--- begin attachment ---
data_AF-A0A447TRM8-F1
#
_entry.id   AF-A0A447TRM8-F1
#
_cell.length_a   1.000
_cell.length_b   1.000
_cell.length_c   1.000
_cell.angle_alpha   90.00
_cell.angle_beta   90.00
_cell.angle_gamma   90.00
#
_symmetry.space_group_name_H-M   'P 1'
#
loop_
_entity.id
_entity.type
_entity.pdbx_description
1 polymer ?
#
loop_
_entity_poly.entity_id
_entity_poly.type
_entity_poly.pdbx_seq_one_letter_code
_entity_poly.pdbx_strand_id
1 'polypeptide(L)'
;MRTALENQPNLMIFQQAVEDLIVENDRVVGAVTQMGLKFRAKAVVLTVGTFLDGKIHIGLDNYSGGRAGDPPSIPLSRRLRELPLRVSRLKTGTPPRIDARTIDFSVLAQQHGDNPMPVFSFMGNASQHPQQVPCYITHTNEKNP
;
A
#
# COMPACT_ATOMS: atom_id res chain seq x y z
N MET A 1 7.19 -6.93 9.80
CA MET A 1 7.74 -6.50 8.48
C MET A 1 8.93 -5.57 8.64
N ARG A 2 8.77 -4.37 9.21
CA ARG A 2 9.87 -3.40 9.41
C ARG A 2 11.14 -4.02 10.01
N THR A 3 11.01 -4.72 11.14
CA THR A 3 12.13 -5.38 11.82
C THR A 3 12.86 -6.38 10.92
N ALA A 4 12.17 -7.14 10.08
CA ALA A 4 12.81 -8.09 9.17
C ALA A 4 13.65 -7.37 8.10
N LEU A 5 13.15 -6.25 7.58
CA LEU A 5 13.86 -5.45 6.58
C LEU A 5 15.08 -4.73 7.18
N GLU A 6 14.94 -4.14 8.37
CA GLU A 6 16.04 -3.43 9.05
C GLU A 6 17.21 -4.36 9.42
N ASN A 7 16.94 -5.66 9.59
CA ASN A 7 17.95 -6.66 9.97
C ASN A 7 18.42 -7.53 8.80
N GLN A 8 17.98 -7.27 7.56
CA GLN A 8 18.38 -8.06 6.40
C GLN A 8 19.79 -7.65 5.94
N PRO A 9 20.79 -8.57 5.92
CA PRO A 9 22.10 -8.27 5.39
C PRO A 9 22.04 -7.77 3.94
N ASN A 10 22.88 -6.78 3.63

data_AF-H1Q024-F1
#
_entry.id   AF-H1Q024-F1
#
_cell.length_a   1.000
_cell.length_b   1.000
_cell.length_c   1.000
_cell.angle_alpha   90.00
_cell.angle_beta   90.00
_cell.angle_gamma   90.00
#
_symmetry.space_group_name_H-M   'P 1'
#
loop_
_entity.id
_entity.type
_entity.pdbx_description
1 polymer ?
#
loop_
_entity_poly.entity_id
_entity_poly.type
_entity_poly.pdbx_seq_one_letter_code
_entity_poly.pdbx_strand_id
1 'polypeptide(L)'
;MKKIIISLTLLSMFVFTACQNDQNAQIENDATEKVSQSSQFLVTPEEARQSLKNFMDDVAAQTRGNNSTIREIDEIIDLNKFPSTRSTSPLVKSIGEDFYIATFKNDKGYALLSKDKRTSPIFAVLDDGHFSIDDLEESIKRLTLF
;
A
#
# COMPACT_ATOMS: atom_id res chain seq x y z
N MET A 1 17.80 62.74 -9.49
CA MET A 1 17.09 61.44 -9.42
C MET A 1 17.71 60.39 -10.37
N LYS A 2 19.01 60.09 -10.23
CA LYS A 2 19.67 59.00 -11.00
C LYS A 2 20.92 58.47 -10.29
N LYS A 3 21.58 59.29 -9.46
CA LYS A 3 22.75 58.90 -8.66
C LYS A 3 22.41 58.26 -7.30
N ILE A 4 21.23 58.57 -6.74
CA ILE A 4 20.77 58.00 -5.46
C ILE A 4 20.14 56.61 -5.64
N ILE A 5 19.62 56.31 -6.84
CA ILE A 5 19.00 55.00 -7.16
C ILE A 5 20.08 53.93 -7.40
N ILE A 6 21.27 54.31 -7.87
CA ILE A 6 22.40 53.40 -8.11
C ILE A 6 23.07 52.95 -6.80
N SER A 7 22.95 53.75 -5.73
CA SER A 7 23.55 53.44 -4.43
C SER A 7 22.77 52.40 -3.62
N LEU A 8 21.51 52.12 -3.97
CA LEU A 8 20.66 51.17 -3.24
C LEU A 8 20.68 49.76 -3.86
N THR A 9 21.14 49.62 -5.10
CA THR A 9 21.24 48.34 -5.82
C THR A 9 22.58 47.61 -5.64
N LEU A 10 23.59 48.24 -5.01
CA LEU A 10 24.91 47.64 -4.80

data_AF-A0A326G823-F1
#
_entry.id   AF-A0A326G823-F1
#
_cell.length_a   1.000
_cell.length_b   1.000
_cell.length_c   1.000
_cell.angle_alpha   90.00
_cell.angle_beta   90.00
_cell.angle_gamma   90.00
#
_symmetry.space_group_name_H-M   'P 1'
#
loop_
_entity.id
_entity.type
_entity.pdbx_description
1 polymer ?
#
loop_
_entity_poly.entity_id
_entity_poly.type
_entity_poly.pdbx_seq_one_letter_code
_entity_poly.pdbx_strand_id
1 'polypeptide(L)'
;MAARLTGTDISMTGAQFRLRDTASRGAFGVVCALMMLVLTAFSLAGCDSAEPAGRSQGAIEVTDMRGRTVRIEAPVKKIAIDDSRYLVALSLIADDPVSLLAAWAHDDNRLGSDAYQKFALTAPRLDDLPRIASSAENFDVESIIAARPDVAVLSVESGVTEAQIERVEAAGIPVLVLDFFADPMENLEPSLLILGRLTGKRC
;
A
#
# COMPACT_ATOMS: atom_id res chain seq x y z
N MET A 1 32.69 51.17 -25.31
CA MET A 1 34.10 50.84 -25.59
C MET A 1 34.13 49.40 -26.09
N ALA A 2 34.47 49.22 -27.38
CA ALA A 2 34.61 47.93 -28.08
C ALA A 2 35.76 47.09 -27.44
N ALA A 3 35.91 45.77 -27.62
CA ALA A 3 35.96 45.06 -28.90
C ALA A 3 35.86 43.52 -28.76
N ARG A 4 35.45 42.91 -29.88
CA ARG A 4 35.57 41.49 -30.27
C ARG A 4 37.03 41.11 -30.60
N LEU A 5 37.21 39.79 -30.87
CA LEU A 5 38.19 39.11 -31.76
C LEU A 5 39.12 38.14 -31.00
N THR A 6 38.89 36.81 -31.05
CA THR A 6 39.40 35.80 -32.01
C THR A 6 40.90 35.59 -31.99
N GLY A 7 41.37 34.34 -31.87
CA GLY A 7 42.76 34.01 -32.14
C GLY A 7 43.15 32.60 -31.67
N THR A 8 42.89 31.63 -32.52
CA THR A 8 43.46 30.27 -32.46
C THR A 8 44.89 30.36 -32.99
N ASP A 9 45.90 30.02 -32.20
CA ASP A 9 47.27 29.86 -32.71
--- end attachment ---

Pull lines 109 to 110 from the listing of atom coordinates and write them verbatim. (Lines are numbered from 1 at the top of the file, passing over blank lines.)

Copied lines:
C SER A 7 22.77 52.40 -3.62
N LEU A 8 21.51 52.12 -3.97